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Pro-Israel website doxes Palestine supporters to hurt their careers

The site’s operators, though, are tight-lipped about their own identities.


Kevin Collier


A controversial new website has a bold tactic for supporting Israel: posting information about college students who support Palestine in an explicit attempt to hurt their job prospects.

As first reported by the Forward, the new site, called Canary Mission, pulls no punches with its goal. “We believe in the right of employers to know which potentially threatening organizations prospective employees were affiliated with during their time on campus,” the site states.

Its database, as of this writing, shows 55 individuals. Each has their own bio page, which includes information like what school they went to, what pro-Palestinian groups they’re allegedly affiliated with, their “close connections,” photos and videos, links to their social media accounts, and a list of their “infamous quotes.”

Some saw it as just the type of the sacrifice an activist might have to make.

“To be honest, public shaming was something we all were fully aware of when we passed our resolution at Berkeley,” student Klein Lieu told the Daily Dot. A former member of the student government while attending the University of California, Lieu voted for the university to no longer accept affiliations from companies with connection to the Israeli military—like Hewlett Packard, which makes the ID cards used at checkpoints in the West Bank.

“It’s definitely unnerving to have your personal information published in an attempt to silence your activism and keep you from getting job.”

“I had many talks with my mentors and spiritual leaders about the matter prior to our vote, and ultimately stood by my decision to act with my heart and my values with what I saw was wrong,” he said.

Others were far more pointed in their criticism. “I’m involved in this activism in part because my Jewish and African-American heritage push me to strive for justice for all people. Especially when injustice is carried out in my name,” said Rebecca Pierce, whose personal information appears on Canary Mission.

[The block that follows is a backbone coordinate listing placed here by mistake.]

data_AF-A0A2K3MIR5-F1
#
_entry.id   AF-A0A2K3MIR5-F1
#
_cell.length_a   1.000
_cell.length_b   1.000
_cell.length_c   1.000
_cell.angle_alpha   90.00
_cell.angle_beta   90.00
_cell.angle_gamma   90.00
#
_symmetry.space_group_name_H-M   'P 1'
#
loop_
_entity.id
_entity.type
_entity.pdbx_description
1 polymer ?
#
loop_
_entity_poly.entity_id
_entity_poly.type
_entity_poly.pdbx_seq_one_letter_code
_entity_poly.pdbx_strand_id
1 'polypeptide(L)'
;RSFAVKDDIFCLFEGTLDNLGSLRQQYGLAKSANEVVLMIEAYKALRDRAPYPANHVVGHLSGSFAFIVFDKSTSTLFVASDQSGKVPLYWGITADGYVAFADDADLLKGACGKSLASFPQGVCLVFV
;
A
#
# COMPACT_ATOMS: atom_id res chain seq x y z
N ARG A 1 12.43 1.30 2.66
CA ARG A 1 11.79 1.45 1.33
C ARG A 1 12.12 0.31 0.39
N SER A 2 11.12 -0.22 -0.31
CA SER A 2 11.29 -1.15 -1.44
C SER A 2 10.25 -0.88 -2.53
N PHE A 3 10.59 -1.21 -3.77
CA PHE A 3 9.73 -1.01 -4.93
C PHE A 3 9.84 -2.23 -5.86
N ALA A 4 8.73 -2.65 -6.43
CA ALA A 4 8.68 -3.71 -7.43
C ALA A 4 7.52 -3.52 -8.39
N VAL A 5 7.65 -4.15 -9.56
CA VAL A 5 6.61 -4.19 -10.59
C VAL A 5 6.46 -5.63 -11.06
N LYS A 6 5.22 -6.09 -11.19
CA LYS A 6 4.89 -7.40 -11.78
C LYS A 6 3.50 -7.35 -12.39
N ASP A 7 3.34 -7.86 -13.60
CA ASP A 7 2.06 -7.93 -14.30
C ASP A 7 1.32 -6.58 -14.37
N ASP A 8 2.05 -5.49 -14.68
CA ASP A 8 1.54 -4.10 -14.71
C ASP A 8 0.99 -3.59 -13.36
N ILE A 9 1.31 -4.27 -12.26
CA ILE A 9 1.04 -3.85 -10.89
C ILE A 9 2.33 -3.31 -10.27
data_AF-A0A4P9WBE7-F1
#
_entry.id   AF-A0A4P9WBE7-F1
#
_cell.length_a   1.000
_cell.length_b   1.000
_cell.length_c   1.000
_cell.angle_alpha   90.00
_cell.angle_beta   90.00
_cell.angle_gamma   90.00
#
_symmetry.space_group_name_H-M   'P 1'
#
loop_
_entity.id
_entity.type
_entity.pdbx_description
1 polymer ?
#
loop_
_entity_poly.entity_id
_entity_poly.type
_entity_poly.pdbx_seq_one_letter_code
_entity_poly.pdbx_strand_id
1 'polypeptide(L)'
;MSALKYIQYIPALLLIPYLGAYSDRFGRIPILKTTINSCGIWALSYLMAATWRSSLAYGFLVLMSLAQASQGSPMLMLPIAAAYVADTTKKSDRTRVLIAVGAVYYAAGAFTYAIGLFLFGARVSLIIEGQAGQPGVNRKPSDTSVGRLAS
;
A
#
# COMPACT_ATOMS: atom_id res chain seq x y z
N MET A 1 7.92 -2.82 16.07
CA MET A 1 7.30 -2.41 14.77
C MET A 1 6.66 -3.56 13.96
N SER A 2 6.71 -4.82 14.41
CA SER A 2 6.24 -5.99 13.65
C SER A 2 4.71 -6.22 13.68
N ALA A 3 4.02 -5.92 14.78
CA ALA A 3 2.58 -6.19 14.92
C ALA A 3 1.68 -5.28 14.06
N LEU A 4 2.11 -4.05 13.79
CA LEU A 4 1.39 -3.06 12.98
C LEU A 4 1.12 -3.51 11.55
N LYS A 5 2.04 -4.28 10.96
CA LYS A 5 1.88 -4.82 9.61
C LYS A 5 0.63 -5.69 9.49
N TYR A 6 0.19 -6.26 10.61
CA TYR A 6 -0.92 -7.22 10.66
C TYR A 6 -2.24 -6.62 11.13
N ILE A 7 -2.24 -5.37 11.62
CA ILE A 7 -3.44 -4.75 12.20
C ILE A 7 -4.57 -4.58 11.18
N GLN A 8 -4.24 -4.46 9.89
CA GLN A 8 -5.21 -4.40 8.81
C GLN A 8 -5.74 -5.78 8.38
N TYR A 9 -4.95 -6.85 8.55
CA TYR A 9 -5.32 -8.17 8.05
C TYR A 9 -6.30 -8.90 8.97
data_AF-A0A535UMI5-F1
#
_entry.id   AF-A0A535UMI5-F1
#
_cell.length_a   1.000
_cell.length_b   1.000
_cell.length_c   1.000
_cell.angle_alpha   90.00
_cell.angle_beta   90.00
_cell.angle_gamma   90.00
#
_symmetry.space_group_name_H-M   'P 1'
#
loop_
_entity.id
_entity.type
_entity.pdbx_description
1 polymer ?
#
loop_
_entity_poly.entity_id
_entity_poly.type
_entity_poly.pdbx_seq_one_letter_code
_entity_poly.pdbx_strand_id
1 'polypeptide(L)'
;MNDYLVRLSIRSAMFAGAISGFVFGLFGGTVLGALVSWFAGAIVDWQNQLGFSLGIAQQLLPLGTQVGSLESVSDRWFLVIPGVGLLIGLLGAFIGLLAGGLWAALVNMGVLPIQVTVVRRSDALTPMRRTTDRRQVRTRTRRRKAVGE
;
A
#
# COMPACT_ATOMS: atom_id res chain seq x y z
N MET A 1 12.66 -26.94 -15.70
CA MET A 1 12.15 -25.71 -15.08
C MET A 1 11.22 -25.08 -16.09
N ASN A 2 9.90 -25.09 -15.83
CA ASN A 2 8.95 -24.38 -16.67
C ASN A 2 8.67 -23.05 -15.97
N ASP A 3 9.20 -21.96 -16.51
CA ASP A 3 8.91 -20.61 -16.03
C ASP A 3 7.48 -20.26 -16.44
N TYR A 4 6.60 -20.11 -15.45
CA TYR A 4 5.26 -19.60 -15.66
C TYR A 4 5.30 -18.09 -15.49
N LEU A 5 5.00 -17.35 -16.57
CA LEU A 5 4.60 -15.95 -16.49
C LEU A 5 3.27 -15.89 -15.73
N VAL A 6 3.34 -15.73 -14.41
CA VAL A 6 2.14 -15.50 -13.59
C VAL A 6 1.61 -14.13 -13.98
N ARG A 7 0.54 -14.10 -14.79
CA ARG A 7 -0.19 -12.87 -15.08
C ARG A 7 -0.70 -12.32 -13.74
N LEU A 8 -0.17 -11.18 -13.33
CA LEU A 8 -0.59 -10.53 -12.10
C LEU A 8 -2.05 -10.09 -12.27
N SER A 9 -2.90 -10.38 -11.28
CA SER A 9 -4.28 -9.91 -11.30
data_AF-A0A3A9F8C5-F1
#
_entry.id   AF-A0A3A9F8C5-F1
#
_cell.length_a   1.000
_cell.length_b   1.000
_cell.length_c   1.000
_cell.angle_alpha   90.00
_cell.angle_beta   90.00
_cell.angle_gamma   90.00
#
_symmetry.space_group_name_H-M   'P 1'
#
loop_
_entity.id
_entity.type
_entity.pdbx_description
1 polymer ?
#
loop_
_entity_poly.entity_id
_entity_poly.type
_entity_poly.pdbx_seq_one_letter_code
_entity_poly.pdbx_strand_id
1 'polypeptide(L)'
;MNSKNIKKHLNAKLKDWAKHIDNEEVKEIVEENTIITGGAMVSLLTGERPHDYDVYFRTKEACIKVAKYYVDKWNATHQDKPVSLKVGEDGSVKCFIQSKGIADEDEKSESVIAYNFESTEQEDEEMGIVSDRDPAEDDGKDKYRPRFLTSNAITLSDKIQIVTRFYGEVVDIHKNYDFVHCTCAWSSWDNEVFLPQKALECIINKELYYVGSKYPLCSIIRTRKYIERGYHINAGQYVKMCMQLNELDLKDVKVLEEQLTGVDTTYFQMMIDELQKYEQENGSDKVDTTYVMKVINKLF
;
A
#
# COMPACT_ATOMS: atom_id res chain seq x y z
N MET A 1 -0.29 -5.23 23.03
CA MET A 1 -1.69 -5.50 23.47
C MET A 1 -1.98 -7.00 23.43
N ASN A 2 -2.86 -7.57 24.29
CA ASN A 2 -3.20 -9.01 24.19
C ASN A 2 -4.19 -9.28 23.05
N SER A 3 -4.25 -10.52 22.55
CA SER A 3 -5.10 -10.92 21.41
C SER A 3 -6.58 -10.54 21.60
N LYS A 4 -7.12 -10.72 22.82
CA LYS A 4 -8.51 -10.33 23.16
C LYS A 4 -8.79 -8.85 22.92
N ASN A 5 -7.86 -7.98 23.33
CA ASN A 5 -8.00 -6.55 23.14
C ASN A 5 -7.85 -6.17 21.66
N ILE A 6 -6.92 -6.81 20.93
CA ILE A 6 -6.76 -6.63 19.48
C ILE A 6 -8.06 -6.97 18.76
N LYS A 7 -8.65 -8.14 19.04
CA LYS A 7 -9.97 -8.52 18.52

“It’s definitely unnerving to have your personal information published in an attempt to silence your activism and keep you from getting job.”

Despite the site’s affinity for doxing—the public sharing of people’s personal details—the site itself hides its origins.

In an email, one person involved with the site, identifying himself only as Tom, an “administrator,” said that was by design, and for his colleagues’ own safety, as they’ve already received threats. “Not wanting to become the next Charlie Hebdo, I am not able to be forthcoming with my last name for now,” he said.

“Due to the somewhat clandestine nature of our mission, it is difficult to be as available to comment as we’d like,” Tom added. “The threats being leveled towards us and anyone affiliated with us are real, and they are dangerous.”

He defended the site, saying that it only reveals publicly available information. “The truth is that—aside from our blog—Canary Mission is just an aggregator,” Tom said, “easily accessible to anyone with access to Google.”

“It’s really ironic that they’re exposing 19-years-olds while refusing to ID who they are,” countered Radhika Sainath. A staff attorney at the nonprofit Palestine Legal, Sainath said her organization is looking into ways to take potential legal action on behalf of the people Canary Mission features, some of whom say they’re falsely represented.

“Right now we’re looking at possible legal avenues to address,” Sainath said.

As for what an individual is supposed to do if they feel misrepresented by Canary Mission, it doesn’t seem easy. As Tom said:

“We have thus far received one personal response from a person claiming to be a close friend of someone on our website standing up for her and essentially explaining why we have erred in a genuinely concerned way. This person claimed they were shocked that we could insinuate that her friend was associated with the hate-filled activities we presented on our site. Needless to say, our response was empathetic yet clear—this is the point of Canary Mission. This person was shocked, but the evidence was all plainly there. We didn’t take down the profile, and one person learned a little bit more about what actually goes on on campus. (Its not worth me telling you who this person is. She will just deny it and accuse us of fabricating lies about her—one thing we don’t do on our site).”

One clue of who’s behind the site comes from Forward’s report. A number of pro-Israel nonprofit heads flat-out denied being involved, but a single one, Americans for Peace and Tolerance’s Charles Jacobs, gave no comment. The Daily Dot contacted Jacobs through Twitter and email, noting that he was the sole person in Forward’s story who didn’t deny involvement with Canary Mission. In response, Jacobs reiterated his “no comment.”

H/T Forward. Photo via Doug Thompson/State Department(PD) | Remix by Jason Reed

The Daily Dot